PM5332: On free will

Free will refers to the apparent ability of human beings to choose freely. Philosophers differ on whether this ability is real or merely apparent, and on what it precisely is if it is real.

Free will is often contrasted with determinism and indeterminism. Determinism refers to behaviour predetermined by natural laws and initial conditions, such as the operation of a machine such as a clock. Indeterminism refers to behaviour which is determined purely by chance, such as a roulette wheel. Determinists claim that the universe as a whole, and hence all human thought and behaviour, is the product of immutable physical laws. Indeterminists claim that the universe as a whole, and hence all human thought and behaviour, is a product of pure chance. A third position, sees nature as both partially deterministic and partially indeterministic — such as the world portrayed by many interpretations of quantum physics, in which the world contains real irreducible indeterminism; yet at the same time, the probabilities are not equally balanced, some outcomes are many orders of magnitude more likely than others, and thus the universe will in many respects appear to behave in a deterministic manner.

In terms of how these three basic views of the nature of reality relate to free will, there are two basic views. The first, known as compatibilism, holds that free will is fundamentally compatible with clock-like physical laws, or with roulette-like chance, or with some combination of the two. What we know as free will is simply the absence of any extraordinary interference with the normal operations of our will (such as if one was drugged or subjected to some form of mind control); any ordinary influences on our decision-making processes, whether by natural law or by chance, do not negate free will. The second view, known as incompatibilism, holds that both clock-like determinism and roulette-like indeterminism, and any combination of the two, are fundamentally incompatible with free will. True free will is neither law nor chance, but some third thing which is neither individually nor any combination of the two — a view known as metaphysical libertarianism.

In religion, the difficulty is how the omnipotence of God and predestination can be compatible with human free will. Different religions, or schools of thought within a religion, take different approaches. Within Christianity, the Arminian, Lutheran, Catholic and Eastern Orthodox positions tend to favour the metaphysical reality of free will, while Calvinism tends to disfavour it. The majority school within Islam denies free will, although some Muslim thinkers have defended it.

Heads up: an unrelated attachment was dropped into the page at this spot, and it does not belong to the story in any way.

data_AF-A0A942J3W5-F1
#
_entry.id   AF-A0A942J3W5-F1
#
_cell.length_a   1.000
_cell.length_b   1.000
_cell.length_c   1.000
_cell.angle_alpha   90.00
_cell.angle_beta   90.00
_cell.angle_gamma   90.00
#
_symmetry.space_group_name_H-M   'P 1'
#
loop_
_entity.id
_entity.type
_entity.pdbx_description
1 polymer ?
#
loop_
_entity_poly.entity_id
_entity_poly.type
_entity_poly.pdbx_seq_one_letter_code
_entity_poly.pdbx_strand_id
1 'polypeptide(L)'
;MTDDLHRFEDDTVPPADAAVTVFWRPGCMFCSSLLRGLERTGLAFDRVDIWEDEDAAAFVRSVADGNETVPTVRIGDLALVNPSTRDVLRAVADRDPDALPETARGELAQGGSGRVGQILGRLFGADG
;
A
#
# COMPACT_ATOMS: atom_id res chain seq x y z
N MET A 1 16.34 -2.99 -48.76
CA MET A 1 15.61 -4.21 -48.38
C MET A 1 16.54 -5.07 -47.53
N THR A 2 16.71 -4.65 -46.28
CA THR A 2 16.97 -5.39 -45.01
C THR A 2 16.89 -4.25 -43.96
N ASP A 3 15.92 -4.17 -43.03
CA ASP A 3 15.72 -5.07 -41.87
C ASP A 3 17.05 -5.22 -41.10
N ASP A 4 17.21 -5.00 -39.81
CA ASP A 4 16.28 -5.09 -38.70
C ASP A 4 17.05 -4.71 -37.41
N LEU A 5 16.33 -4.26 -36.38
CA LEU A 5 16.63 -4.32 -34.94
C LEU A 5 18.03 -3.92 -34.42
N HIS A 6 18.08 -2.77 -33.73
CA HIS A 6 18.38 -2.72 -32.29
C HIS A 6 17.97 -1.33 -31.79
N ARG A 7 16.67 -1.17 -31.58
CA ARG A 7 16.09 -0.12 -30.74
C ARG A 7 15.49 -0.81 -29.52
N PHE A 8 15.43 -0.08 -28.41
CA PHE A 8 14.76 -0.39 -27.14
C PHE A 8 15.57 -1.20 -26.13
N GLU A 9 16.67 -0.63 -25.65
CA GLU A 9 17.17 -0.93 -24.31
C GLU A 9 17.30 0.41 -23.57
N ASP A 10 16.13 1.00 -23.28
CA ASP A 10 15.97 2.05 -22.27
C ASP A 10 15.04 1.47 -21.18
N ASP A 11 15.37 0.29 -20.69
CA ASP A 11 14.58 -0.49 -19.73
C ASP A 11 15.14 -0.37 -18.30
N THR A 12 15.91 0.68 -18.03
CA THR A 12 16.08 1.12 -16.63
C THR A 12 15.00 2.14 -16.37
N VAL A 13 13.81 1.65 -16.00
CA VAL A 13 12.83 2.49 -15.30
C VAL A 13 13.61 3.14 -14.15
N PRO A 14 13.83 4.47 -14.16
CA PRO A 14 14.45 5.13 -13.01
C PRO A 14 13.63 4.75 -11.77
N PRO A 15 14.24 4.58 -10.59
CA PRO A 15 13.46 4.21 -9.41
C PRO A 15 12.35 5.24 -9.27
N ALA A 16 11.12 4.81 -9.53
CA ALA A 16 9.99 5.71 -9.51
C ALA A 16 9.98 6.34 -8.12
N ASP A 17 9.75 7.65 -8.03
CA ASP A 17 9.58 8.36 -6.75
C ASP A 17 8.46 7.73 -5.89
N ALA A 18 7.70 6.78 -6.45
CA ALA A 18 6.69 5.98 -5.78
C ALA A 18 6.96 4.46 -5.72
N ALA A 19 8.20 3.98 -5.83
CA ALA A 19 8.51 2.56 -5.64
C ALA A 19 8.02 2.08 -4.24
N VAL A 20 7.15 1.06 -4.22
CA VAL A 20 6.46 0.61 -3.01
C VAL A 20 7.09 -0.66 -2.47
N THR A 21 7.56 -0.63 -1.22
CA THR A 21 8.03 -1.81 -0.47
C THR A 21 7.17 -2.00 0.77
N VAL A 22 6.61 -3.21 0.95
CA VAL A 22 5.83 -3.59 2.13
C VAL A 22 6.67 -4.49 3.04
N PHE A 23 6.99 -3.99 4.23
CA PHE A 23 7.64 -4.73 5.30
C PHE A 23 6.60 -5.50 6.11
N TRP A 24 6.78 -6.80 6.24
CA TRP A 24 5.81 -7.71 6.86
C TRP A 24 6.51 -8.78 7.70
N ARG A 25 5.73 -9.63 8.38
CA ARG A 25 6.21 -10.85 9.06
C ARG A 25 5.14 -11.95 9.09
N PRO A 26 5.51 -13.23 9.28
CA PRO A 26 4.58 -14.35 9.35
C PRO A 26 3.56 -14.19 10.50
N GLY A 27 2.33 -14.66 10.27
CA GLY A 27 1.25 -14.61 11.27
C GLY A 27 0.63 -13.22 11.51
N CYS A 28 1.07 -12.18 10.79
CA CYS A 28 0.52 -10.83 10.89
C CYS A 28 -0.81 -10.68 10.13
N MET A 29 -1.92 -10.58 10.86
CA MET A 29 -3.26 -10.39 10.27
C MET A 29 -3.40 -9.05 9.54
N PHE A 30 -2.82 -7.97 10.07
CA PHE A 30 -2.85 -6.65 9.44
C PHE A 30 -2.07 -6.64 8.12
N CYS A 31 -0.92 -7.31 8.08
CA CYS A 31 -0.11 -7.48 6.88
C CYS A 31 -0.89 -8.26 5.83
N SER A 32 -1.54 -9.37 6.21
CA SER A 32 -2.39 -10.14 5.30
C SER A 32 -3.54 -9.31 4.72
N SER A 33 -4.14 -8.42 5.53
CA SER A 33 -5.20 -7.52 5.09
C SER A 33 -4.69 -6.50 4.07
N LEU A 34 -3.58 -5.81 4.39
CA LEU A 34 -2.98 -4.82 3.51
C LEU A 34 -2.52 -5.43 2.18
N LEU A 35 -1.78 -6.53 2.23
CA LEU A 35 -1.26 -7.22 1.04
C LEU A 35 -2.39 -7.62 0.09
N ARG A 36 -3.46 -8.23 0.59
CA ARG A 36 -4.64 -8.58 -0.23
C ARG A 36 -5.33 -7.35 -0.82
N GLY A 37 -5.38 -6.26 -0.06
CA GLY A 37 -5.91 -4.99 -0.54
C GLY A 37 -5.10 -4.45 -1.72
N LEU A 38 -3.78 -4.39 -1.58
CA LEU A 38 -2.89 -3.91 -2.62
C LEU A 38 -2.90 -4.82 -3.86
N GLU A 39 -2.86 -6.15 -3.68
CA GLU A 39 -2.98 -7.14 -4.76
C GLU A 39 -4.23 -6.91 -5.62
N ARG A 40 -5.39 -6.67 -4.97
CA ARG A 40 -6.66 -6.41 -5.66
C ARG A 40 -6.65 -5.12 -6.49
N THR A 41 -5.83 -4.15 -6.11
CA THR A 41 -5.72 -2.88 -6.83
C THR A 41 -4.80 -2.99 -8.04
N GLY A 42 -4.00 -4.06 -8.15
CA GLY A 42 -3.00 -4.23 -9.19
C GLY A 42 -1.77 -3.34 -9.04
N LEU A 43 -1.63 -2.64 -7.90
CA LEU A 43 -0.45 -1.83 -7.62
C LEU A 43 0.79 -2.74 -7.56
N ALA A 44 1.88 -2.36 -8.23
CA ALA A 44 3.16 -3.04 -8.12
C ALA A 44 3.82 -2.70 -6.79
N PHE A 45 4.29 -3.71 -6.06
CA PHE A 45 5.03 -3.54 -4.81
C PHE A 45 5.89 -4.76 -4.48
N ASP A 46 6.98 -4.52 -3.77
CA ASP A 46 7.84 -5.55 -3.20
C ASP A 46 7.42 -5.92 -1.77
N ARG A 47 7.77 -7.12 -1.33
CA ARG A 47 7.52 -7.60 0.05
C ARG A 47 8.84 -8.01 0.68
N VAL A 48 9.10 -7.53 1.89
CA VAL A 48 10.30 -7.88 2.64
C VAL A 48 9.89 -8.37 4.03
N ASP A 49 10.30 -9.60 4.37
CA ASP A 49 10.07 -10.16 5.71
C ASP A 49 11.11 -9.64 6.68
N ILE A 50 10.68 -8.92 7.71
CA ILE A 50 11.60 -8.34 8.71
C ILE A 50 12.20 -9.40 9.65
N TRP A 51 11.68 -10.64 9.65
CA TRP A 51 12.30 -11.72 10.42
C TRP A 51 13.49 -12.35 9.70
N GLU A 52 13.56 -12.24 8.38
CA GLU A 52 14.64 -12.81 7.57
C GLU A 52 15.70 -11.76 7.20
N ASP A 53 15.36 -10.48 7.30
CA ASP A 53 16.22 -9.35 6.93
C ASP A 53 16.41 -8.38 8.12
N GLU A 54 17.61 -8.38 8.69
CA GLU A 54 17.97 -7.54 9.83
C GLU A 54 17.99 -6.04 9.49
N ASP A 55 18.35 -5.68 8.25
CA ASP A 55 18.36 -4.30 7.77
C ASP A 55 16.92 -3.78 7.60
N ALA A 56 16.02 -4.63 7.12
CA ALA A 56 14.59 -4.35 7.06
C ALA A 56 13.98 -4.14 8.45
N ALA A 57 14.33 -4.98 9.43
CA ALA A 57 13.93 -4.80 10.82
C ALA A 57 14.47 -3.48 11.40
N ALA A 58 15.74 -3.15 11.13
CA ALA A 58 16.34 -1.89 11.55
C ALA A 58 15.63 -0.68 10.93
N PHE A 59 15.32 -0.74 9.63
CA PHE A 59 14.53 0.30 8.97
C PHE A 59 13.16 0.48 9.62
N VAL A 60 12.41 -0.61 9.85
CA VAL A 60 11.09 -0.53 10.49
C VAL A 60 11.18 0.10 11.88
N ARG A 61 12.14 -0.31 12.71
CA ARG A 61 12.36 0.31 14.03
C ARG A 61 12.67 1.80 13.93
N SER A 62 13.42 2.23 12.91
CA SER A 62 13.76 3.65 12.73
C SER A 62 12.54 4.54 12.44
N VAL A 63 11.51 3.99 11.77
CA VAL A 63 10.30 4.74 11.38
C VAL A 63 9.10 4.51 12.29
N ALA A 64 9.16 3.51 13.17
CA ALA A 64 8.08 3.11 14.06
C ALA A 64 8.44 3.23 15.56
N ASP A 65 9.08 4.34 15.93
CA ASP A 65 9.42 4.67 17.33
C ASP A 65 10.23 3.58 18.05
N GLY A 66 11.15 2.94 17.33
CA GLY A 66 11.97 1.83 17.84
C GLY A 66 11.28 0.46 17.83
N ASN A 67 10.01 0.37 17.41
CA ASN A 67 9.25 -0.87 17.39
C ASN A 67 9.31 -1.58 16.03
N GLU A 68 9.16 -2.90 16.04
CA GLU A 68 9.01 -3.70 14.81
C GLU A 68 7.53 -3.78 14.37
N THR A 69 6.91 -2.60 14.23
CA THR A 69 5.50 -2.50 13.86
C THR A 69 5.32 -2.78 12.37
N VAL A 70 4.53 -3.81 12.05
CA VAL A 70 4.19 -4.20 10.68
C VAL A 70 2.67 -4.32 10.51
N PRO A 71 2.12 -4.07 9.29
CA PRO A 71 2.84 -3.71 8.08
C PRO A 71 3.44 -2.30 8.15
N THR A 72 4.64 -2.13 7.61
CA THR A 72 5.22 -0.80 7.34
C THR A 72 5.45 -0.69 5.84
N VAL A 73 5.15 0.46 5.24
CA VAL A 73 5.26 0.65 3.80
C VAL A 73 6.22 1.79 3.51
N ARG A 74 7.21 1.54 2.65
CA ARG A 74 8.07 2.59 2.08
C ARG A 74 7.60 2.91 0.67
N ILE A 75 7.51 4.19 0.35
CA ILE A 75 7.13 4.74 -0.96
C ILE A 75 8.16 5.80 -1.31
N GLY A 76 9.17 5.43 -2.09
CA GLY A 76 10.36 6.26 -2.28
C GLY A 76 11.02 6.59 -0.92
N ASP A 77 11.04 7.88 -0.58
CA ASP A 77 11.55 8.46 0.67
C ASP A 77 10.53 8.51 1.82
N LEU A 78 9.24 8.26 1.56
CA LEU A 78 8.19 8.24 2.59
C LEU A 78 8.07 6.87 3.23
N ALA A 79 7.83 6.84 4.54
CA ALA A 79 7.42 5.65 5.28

A related problem is how the omniscience and eternity of God can be compatible with free will. Many argue that, if our actions are truly free, then the future must be open; whereas, if the future is fixed, then our actions cannot truly be free. But, if God is eternal and all-knowing, then our future actions our already fixed with respect to God. One attempt to solve this conundrum is to deny the eternity of God, and insist that God cannot know the future because the future has not happened yet — this position is known as process theology or open theism. A more orthodox attempt to resolve this problem is middle knowledge.

Maratreanism rejects any notion of metaphysical liberatarianism. In the Maratrean view, law and chance are fundamentally one. This is because the Maratrean view of physical law is descriptive; law is simply our own imperfect approximations to the perfect law of nature, the Kolmogorov compression of the universe. What we call chance is simply the limitations in our knowledge of true law.

Free will is relative, not absolute — we can have free will judged by some standards, but not by others. So by our ordinary standards, we have free will, so long as we are not subject to extraordinary influences such as drugs or mind control. With reference to Maratrea, however, we lack free will; we can do nothing except that which she commands us to do, which commands we perfectly obey, for we are not capable of ever disobeying them; yet, with reference to ourselves, our judgement of our own will as free is unaffected, at least as long as we remain unaware of her commands.

Comments